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Tabitha by Neil Gibson, Caspar Wijngaard

I really wanted to like this comic. It’s from an indie publisher, and I was hoping to give them a good review, maybe get them a few more sales and fans. It won’t be from this title.

Title: Tabatha
Author: Neil Gibson, Caspar Wijngaard
Publish Date: November 3, 2015, by TPub Comics
Genre: Thriller
Source: Purchased

Publisher’s Description: Luke works as a mailman in Los Angeles and moonlights as a thief – the empty houses on his postal route are rich, easy pickings for him and his friends. Everything goes to plan until one house turns out to not quite be so empty. The situation spirals out of control, leaving the happy go lucky thieves battling for their lives. And all because of Tabatha.

Possible spoilers beyond this point.


Percy Procrastinator says…

I like the concept. It starts out as if it’s about some thieves and how they case places to rob later. Further, one of the characters is awkward around women, and I wondered if it was going to get dark because he would get some power over women. But it was not to be.

 

***Spoilers***

 

***Major Spoilers***

 

Ready for them?

 

Tabatha ends up being a doll that the bad guy thinks is real. He has conversations with her, and he is the one kidnapping and killing the other women to give Tabatha a real body through some ritual.

The idea is very good, but the execution is lacking. I think some of the ideas are an attempt to provide a reason to read it again, but it didn’t work for me. They would show the bad guy talking to his victim from the victim’s perspective. Then later, we get it from the bad guy’s perspective, and we “hear” Tabatha’s side of the conversation. I think it was too easy to fill in the blanks, and the later dialog doesn’t add anything new, which is why I didn’t feel the need to go back.

The group of kidnappers is even a bit stereotyped, with the girlfriend of one of them being taken to be the latest body for Tabatha. At least the girlfriend is not a damsel in distress, which is nice, and the group works together to save themselves.

I give this a three, right in the middle. Some good ideas and good artwork, but marred by cliches. If I hadn’t read so much, this might have been better. As it is, it doesn’t rise above the other things I have read through the years.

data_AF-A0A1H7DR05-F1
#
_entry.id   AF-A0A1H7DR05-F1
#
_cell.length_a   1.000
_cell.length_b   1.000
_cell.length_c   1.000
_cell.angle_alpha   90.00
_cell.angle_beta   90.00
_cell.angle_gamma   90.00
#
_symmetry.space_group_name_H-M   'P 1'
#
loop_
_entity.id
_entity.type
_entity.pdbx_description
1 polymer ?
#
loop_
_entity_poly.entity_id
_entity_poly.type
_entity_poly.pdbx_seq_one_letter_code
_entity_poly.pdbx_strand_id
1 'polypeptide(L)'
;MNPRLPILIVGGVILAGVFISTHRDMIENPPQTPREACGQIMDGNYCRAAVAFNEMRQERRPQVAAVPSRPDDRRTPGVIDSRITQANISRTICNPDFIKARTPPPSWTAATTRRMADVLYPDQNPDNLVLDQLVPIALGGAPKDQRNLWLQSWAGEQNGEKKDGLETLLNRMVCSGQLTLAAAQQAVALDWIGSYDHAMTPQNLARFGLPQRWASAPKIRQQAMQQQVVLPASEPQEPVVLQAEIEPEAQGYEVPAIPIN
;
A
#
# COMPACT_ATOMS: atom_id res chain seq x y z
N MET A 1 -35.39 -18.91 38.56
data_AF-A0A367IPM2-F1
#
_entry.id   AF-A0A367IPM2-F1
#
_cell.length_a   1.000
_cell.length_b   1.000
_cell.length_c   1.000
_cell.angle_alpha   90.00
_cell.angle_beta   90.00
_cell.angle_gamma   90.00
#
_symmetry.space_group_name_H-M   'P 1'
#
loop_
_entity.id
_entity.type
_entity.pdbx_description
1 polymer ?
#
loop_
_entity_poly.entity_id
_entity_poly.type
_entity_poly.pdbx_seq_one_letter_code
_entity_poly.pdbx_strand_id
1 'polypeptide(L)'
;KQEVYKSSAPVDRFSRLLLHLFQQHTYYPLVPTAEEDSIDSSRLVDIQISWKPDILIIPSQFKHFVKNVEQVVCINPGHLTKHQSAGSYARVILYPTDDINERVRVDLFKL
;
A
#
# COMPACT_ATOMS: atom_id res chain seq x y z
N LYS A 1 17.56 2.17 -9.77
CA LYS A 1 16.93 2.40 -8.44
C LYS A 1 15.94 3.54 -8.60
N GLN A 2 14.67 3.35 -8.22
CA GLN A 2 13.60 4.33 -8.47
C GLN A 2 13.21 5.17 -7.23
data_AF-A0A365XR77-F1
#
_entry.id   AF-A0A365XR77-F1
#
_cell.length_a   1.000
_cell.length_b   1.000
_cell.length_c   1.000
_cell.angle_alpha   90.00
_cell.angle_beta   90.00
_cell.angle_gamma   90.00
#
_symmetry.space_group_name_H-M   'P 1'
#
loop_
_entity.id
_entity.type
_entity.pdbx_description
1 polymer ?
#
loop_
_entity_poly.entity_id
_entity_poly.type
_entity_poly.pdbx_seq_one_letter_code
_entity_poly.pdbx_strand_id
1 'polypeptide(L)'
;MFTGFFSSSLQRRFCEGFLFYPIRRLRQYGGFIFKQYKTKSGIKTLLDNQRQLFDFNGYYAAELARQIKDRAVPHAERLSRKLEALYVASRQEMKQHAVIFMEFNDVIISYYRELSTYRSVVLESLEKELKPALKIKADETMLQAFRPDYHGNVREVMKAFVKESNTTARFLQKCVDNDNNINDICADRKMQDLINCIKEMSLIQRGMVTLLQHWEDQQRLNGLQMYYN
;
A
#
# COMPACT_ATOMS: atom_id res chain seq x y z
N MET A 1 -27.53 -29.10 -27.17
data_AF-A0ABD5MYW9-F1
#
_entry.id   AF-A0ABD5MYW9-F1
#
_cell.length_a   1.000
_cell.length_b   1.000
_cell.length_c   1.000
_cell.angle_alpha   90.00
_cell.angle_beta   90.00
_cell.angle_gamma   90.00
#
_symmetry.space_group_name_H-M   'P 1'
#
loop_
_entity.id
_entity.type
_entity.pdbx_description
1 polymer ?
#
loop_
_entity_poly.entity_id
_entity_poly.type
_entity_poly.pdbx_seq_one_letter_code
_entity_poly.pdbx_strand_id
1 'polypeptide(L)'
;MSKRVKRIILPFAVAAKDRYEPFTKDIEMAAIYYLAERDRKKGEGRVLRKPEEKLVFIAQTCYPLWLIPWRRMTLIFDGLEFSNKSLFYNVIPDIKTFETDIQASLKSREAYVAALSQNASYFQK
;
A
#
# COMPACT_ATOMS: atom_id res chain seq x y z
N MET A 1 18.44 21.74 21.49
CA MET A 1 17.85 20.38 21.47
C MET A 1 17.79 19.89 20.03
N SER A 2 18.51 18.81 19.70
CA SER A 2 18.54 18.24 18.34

Turncoat by Ryan O’Sullivan and Plaid Klaus

I picked up a couple of titles from the TPub Comics booth at Wizard World Chicago. Here’s my review of the first.

Title: Turncoat
Author: Ryan O’Sullivan and Plaid Klaus
Publish Date: December 6th, 2016 by TPub Comics
Genre: Graphic novel, superheroes, comedy
Source: Purchased

Publisher’s Description: Turncoat follows the story of Duke, the world’s worst superhero assassin, and his constant battle with his ex-wife and rival assassin, Sharon. Duke is always one step behind Sharon, constantly missing out on the “big hit” that will set him for life (it certainly doesn’t help matters that he only ever seems to go up against D-list superheroes like “Bug-Boy” and “Freedom Fighter”). So when Duke receives a contract for the most famous superhero team in the world, he realizes his time has come, not just to finally make the big hit, but to finally move on from his ex-wife.

If only it were that simple.

Turncoat is a collection of the entire six-issue run of the popular webcomic of the same name (www.turncoatcomic.com). Created by Ryan O’Sullivan and Plaid Klaus in 2014, despite the two of them never having met. Ryan is from London, England, and Klaus is from New York.

Possible spoilers beyond this point.


Percy Procrastinator says…

This is a title that I thoroughly enjoyed. It’s dark and anti-heroic, if not downright villainous. Before they get to the “big hit,” they do several smaller ones that truly show how bad Duke is. And it’s hilarious. In all the wrong ways and for the wrong reasons. He betrays. He’s petty. And I kept laughing.

He wants to be taken seriously but he is never the one who makes the big kill. When the “big hit” comes, he thinks he’s ready. He’s not.

I don’t want to spoil things here because I think this one is a solid four and worth a read. They eventually reveal Duke’s motivations and backstory, and it works well. And there are a few twists as it gets to the ending, which I did like.

There were several minor things here and there that didn’t work for me or I would have given this a five. Still, a good story and fun read.

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